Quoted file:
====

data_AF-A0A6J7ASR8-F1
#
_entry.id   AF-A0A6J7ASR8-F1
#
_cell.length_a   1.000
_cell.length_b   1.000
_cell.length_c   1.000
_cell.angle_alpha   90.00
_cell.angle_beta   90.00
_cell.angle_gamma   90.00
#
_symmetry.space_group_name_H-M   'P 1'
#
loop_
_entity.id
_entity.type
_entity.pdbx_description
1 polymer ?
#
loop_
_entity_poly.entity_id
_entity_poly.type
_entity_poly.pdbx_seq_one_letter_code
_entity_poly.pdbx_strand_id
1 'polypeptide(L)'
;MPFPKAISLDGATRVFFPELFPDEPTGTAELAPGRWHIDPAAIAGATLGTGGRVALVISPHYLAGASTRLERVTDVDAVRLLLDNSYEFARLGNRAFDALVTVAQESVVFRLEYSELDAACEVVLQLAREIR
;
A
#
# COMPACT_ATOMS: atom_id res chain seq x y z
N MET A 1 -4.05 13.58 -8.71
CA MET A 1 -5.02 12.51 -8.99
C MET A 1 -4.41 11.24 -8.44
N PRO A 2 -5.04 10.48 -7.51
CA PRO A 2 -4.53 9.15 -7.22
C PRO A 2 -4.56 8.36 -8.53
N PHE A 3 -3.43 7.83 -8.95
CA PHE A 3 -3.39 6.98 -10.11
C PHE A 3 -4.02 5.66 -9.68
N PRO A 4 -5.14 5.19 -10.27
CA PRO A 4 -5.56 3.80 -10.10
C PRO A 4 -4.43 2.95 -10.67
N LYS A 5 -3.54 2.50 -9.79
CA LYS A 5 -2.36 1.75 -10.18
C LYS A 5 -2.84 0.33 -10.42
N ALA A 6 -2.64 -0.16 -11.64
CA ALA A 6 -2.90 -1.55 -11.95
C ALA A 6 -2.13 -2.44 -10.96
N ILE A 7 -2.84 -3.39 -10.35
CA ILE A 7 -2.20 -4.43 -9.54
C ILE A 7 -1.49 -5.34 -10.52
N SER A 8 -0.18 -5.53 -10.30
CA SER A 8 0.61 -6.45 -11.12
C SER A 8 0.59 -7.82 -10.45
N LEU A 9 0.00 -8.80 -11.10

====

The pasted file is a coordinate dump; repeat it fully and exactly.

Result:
data_AF-A0A6J7ASR8-F1
#
_entry.id   AF-A0A6J7ASR8-F1
#
_cell.length_a   1.000
_cell.length_b   1.000
_cell.length_c   1.000
_cell.angle_alpha   90.00
_cell.angle_beta   90.00
_cell.angle_gamma   90.00
#
_symmetry.space_group_name_H-M   'P 1'
#
loop_
_entity.id
_entity.type
_entity.pdbx_description
1 polymer ?
#
loop_
_entity_poly.entity_id
_entity_poly.type
_entity_poly.pdbx_seq_one_letter_code
_entity_poly.pdbx_strand_id
1 'polypeptide(L)'
;MPFPKAISLDGATRVFFPELFPDEPTGTAELAPGRWHIDPAAIAGATLGTGGRVALVISPHYLAGASTRLERVTDVDAVRLLLDNSYEFARLGNRAFDALVTVAQESVVFRLEYSELDAACEVVLQLAREIR
;
A
#
# COMPACT_ATOMS: atom_id res chain seq x y z
N MET A 1 -4.05 13.58 -8.71
CA MET A 1 -5.02 12.51 -8.99
C MET A 1 -4.41 11.24 -8.44
N PRO A 2 -5.04 10.48 -7.51
CA PRO A 2 -4.53 9.15 -7.22
C PRO A 2 -4.56 8.36 -8.53
N PHE A 3 -3.43 7.83 -8.95
CA PHE A 3 -3.39 6.98 -10.11
C PHE A 3 -4.02 5.66 -9.68
N PRO A 4 -5.14 5.19 -10.27
CA PRO A 4 -5.56 3.80 -10.10
C PRO A 4 -4.43 2.95 -10.67
N LYS A 5 -3.54 2.50 -9.79
CA LYS A 5 -2.36 1.75 -10.18
C LYS A 5 -2.84 0.33 -10.42
N ALA A 6 -2.64 -0.16 -11.64
CA ALA A 6 -2.90 -1.55 -11.95
C ALA A 6 -2.13 -2.44 -10.96
N ILE A 7 -2.84 -3.39 -10.35
CA ILE A 7 -2.20 -4.43 -9.54
C ILE A 7 -1.49 -5.34 -10.52
N SER A 8 -0.18 -5.53 -10.30
CA SER A 8 0.61 -6.45 -11.12
C SER A 8 0.59 -7.82 -10.45
N LEU A 9 0.00 -8.80 -11.10